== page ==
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Companies expect loss of industrial production capacity in Europe

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Companies expect loss of industrial production capacity in Europe
Business Europe-wide survey

Companies expect loss of industrial production capacity in Europe

Barclays chief economist Christian Keller in conversation with Katja Losch

The European Central Bank has raised the key interest rate by a quarter of a percentage point: ECB boss Christine Lagarde has announced a further increase for July due to persistent inflation. Katja Losch talks about this with Barclays chief economist Christian Keller.

In a survey of more than 230 global companies, 30 percent of the companies surveyed indicated that they wanted to reduce production capacities in Western and Southern Europe in the next five years. Only in Eastern Europe does the trend look different.

IAccording to a study by management consultancy Horváth, internationally active industrial companies will reduce production capacities in western and southern Europe on a larger scale in the coming years. According to the study, which was available to the AFP news agency on Sunday, 30 percent of companies based in the region plan to cut staff or production facilities in the next five years. At the same time, they wanted to expand production capacities in North America and Asia, especially in India.

Overall, according to Horváth, the companies surveyed expect further global economic growth and a related expansion of personnel and production capacities. However, this does not benefit European locations, but factories in other regions of the world.

More about Germany as a business location

The main drivers behind the development are therefore Comparatively high personnel costs. In addition, companies are striving to bundle production and sales regionally for cost reasons. Asia, for example, is becoming increasingly important as a sales market. Another reason is the lack of workers and skilled workers in Europe.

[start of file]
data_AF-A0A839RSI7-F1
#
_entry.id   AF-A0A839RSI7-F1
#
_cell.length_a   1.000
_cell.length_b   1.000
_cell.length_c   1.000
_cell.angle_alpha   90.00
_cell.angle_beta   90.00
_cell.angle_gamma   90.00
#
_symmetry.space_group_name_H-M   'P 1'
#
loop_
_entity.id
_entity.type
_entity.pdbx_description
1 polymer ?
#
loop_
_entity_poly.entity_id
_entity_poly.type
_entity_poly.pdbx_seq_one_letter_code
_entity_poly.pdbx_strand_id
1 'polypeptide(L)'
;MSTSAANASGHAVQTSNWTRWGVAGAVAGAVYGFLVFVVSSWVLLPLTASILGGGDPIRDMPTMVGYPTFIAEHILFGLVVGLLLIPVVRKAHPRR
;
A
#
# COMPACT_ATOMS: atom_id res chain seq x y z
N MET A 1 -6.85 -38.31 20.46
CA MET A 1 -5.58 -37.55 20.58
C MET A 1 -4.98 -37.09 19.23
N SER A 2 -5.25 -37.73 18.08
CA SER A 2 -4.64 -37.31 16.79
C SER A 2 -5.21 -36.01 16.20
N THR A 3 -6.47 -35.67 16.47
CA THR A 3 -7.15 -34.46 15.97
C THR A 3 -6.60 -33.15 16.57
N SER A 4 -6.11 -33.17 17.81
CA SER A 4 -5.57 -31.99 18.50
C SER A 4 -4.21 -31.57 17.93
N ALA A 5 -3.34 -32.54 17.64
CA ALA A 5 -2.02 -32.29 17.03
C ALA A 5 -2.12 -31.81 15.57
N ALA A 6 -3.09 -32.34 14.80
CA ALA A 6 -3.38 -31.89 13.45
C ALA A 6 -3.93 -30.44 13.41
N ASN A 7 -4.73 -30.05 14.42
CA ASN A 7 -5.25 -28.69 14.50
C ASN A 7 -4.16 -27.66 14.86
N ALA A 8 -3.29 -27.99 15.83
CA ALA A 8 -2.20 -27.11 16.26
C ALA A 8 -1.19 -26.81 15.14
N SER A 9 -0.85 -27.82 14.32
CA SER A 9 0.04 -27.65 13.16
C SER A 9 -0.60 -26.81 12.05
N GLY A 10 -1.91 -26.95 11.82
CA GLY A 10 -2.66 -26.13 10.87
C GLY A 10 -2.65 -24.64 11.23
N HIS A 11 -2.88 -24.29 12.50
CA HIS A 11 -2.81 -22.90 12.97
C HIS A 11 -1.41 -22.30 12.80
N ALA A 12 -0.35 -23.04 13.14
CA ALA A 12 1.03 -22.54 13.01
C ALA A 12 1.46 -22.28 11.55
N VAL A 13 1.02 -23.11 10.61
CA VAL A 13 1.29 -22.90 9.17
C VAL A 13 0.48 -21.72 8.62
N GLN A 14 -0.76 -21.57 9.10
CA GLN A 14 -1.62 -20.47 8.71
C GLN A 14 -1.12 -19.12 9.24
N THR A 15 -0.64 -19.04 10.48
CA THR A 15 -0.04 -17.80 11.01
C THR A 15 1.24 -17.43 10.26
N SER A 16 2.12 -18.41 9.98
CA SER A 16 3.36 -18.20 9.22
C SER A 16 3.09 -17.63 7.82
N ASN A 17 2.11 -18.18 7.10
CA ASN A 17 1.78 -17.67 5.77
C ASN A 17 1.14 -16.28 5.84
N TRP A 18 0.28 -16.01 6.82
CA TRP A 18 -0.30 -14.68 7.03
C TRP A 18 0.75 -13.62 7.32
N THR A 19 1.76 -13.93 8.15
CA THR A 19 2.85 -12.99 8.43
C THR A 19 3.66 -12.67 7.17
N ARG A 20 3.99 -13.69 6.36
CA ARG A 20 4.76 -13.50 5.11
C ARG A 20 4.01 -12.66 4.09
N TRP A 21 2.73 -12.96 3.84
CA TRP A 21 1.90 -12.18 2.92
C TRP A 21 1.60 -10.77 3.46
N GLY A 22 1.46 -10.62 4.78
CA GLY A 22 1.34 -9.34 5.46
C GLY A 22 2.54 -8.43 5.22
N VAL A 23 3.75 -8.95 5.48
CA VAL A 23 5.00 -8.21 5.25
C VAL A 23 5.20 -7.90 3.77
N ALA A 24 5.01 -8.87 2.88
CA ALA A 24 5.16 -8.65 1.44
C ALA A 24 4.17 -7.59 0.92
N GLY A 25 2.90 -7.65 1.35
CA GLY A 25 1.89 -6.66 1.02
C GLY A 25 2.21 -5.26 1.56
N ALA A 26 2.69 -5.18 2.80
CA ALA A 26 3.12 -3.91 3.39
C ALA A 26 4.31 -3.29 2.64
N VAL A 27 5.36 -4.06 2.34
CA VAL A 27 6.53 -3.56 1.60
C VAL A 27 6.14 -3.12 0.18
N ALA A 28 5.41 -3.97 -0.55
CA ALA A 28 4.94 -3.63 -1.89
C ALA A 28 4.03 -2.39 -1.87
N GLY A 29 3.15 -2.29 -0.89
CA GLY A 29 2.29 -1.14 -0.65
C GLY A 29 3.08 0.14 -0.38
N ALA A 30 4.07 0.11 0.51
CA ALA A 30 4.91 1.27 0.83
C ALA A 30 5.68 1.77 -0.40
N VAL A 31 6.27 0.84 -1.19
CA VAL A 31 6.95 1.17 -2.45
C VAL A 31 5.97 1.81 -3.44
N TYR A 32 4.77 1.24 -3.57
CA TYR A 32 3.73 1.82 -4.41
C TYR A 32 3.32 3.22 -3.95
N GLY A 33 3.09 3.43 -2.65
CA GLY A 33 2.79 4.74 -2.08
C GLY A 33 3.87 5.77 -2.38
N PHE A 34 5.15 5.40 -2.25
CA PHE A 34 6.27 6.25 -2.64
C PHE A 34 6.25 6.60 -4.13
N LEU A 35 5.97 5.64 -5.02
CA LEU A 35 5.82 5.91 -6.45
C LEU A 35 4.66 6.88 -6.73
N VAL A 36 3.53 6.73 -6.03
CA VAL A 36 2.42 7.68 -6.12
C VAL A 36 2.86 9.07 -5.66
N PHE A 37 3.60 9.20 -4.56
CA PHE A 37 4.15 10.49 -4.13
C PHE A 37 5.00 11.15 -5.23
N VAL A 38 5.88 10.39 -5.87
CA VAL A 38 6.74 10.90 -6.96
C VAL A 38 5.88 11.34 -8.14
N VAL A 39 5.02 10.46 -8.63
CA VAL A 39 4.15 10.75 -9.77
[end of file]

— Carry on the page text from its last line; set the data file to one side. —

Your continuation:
More than 230 industrial companies surveyed

The study is based on surveys of more than 430 members of the management level of global companies about their strategic direction in the next five years. Among them were more than 230 industrial companies. Most companies generate more than one billion euros in annual sales.

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According to the study, Eastern Europe will remain in demand as a location due to lower personnel costs compared to Central, Western and Southern Europe. 58 percent of companies intend to continue investing there. However, the companies are mainly planning to expand their capacities in North America (71 percent) and Asia. Above all, India will benefit there, where 79 percent of the companies want to build up or expand capacities in the medium term.

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According to the analysis, countries such as Indonesia and Vietnam are also becoming increasingly interesting as locations for production plants, while China, as the formerly preferred production site, is becoming less relevant. At the same time, China is becoming more important as a sales market for companies, which is why 61 percent still want to expand their activities there. They only want to reduce eleven percent.

Once companies leave, they don’t come back

The study fits into growing debates about relocating industrial processes away from Europe. The solar cell manufacturer Meyer Burger recently announced that it would be expanding its production in the USA. He justified this with billions in subsidies. The industrial group Siemens in turn announced future investments of two billion euros, which will primarily flow into plants and research centers in China and Singapore.

Horváth study director Ralf Sauter warned: “In the coming years, significant relocations of production facilities and value chains from Western and Southern Europe to North America and Asia are imminent.” According to the study, Germany and other countries in Central Europe should improve their Improve energy costs and skilled workers at high pressure”. If companies left first, they would not come back.

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